This may not have occurred to me, except for the recent Hall Table course at Ideal Tools, and Terry’s enthusiastic use of the belt sander in production woodworking.  I don’t have a 7kg Festool, only a cheap’n’nasty GMC with a small contact area.  Oh well, you work with what you have.

Nipped off to the hardware store for some new belts for it – 40, 80 and 120.  I fired up the 80 grit initially, but it wasn’t achieving much, and when I got too close to the newly machined edge of the cavity, the belt caught and ripped itself off the sander.  Bugger – ok, change to a 40 grit (significantly aggressive looking thing) and go again.  I blew one of the 40 grit belts as well, and was going to throw them in the bin until I remembered the Blowfly – I can use the cloth-backed paper in the blowfly and at least get some more use out of it.

I treated the top in the same way as you would flatten a wooden tabletop – just a lot harder.  Sanding, sanding, checking, sanding – hmm – seems to be working.  Using a straight-edge to check progress, and testing the insert in place (sanding was only done with the plate removed).

Sanding the top flat

Sanding the top flat

The 40 grit did cut significant tracks into the top, and they will take some removing, but that will happen over time (hitting it with 80 grit ROS each time I condition the top until it is scratch-free).  But actual progress was being made. The top was finally becoming flat.

Sanding Sanding Sanding

Sanding Sanding Sanding

I then hit it with the ROS, first with 40 grit, then 60, then 80 (although I needed to do more with the 40 grit realistically).  Would have gone longer, but the ROS shredded its mounting pad.  So that was enough to call the sanding evolution quit for the day.  I then gave it a quick polish, so it was a bit protected.  Used a paraffin wax block, then instead of the normal kitchen green scourer, I decided the Spider should put in an appearance.  Boy did that save some elbow grease!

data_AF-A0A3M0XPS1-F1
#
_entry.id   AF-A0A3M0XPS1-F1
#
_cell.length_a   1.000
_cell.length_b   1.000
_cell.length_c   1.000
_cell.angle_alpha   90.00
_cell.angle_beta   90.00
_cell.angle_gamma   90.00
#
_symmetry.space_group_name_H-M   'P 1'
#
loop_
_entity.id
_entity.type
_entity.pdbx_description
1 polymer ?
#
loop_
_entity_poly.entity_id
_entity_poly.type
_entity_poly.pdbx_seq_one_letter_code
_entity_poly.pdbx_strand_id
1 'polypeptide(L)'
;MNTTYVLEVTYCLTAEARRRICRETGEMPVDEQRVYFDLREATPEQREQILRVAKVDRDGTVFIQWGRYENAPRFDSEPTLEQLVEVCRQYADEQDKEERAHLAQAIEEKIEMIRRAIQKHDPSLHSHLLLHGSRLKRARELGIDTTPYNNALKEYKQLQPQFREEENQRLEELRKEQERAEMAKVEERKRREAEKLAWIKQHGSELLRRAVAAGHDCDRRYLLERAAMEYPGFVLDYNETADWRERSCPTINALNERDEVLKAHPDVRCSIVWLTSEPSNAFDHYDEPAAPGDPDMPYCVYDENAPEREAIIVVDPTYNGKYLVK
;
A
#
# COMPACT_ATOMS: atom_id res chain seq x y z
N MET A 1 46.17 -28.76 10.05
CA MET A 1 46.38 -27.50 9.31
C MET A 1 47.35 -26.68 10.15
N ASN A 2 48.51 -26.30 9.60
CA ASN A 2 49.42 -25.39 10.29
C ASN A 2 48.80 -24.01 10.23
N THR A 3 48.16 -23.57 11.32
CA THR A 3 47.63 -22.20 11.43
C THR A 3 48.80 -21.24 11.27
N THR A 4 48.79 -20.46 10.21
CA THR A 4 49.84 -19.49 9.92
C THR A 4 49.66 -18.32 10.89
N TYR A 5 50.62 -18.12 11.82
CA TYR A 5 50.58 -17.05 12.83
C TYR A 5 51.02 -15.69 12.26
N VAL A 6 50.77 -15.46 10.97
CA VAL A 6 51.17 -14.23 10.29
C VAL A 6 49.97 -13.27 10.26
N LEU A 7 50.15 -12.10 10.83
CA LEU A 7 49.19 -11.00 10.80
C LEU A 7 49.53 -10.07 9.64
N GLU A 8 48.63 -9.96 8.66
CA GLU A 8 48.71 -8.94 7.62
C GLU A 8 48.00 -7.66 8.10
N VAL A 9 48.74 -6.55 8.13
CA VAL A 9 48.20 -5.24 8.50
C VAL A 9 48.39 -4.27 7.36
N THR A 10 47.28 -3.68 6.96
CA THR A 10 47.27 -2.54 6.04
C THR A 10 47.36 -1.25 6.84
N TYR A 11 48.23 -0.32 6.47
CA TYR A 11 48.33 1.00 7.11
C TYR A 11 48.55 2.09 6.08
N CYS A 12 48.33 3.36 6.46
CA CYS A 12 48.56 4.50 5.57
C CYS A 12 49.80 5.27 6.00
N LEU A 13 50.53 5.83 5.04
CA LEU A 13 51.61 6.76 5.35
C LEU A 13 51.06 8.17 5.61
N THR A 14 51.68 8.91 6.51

Spider for Top Regeneration

Spider for Top Regeneration

So that is where I got to – there is a lot to do with the table, but the top seems to be a go.  The base is still a long way from an optimum solution.  In the meantime, I used the router in the forward position for a different job.

Table in Use

Table in Use

Sure is nice having a functional router table again!

SSYTC015 – The Walko Workbench

As initially discussed here, the Walko Workbench from Ideal Tools can be set up in a number of different orientations, depending on your requirements.  In my case, and as seen here, it provides a narrow workbench that I can easily break down and remove to free up space, or repurpose easily to a different role (assembly table, panel saw etc)  It is covered in dogholes which is excellent when working with the low profile Walko surface clamps.

Wood Identification on the iPhone

The developers of the I.D. Wood App for the iPhone & iPod Touch contacted me a couple of months ago about their new application for identifying timbers using the iPhone.

I.D. Wood App

I.D. Wood App

I had some immediate thoughts about how this sort of application could be very useful, which I shared with them.  Some of the possibilities included:

Being able to photograph with your iPhone camera a sample of timber which appeared on one side of the screen, and all the timbers in the database would be available on the other side (one image at a time), and you could flick through until one matched.

Being able to add your own timbers to the application.

Being able to use the application to catalogue your current timber collection.

Unfortunately this application is unable to have this sort of functionality added, as once it was installed it became apparent that this is not an App in the traditional sense (a program), but instead is an eBook, so is denied a significant amount of the functionality that would be otherwise possible.

Lots of US Timbers

Lots of US Timbers

One comment made by another early installer of this book was that it primarily focuses on US timbers.

My feeling is it is going to take some time and development for this app to actually become a useful woodworking tool, and perhaps breaking away from the whole eBook concept will be the only way for it to really progress.

I will certainly monitor further updates to see if more timbers etc are added – there has only been 10 added since the App’s release, so has around 60 or so timbers in the database (one Australian).  It will need it in my opinion, to be worth the $4 asking price (most apps are around $1.19)